The proposals from the post regulator means access to the Royal Mail’s 115,500 post boxes will be protected under a requirement that 98 per cent of all households should be no further than half a mile from a post box.
Under current arrangements, the existing measures cover less than half of the country’s postcode areas and Royal Mail accept that ruling is not fit for purpose.
Market research suggests that most mail users are happy with the current numbers of post boxes.
The new requirement would provide further protection for postal services to those in rural communities.
Ofcom recently confirmed that the scope of the Universal Service which guarantees the same service standards for the provision of postal services in rural and urban areas would remain unchanged. Royal Mail is legally obliged to deliver to every address and daily deliveries to rural areas cannot be reduced in the event of the sale of Royal Mail. This obligation is defined in law and cannot be changed unless approved by both Houses of Parliament.
Public access to the Post Office branch network must also remain unchanged, with 93.1 per cent of the population with a mile of a branch and 99.7 per cent with three miles.
Stephen Agar, the managing director for consumer and network access at Royal Mail said: “Nine out of ten customers consider Royal Mail a core part of the community – particularly in rural areas, where we are part of the lifeblood of day to day communication. Easy access to post boxes is an important part of this. The number of post boxes in the UK – in both rural and urban areas – has remained stable for the past decade.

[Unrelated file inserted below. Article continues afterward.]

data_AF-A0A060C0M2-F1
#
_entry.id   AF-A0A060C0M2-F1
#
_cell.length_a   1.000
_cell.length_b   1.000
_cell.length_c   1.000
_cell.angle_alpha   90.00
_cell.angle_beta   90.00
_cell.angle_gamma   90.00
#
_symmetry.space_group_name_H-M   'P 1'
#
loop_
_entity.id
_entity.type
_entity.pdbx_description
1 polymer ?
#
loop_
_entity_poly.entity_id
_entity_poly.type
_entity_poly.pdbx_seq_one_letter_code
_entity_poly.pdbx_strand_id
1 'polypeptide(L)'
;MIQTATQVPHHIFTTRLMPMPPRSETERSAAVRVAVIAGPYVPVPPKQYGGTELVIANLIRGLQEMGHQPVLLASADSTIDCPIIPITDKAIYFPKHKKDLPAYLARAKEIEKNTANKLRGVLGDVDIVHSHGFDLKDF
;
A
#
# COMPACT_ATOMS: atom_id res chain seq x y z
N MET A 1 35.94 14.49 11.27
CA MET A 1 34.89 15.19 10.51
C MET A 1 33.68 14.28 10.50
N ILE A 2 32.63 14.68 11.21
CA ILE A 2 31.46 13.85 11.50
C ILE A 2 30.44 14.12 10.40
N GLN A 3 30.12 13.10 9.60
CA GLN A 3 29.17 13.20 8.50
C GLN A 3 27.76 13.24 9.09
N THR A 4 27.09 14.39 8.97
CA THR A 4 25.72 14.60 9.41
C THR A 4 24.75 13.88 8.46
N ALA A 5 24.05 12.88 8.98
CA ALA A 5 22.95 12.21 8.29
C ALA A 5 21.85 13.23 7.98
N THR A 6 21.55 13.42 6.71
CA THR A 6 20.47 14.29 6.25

“We are proud that, with our extensive network of over 115,000 post boxes, the UK has the highest level of post box provision per square kilometre of any Western European nation. Amongst the 19 countries measured by the Universal Postal Union, only Japan has a higher geographic density of post boxes.”
Royal Mail has to comply with the Universal Service Order, which includes a stipulation that 99.9 per cent of delivery routes are completed each day and that 93 per cent of first class mail reaches its destination the next day, with 98.5 per cent of second class mail delivered within three working days.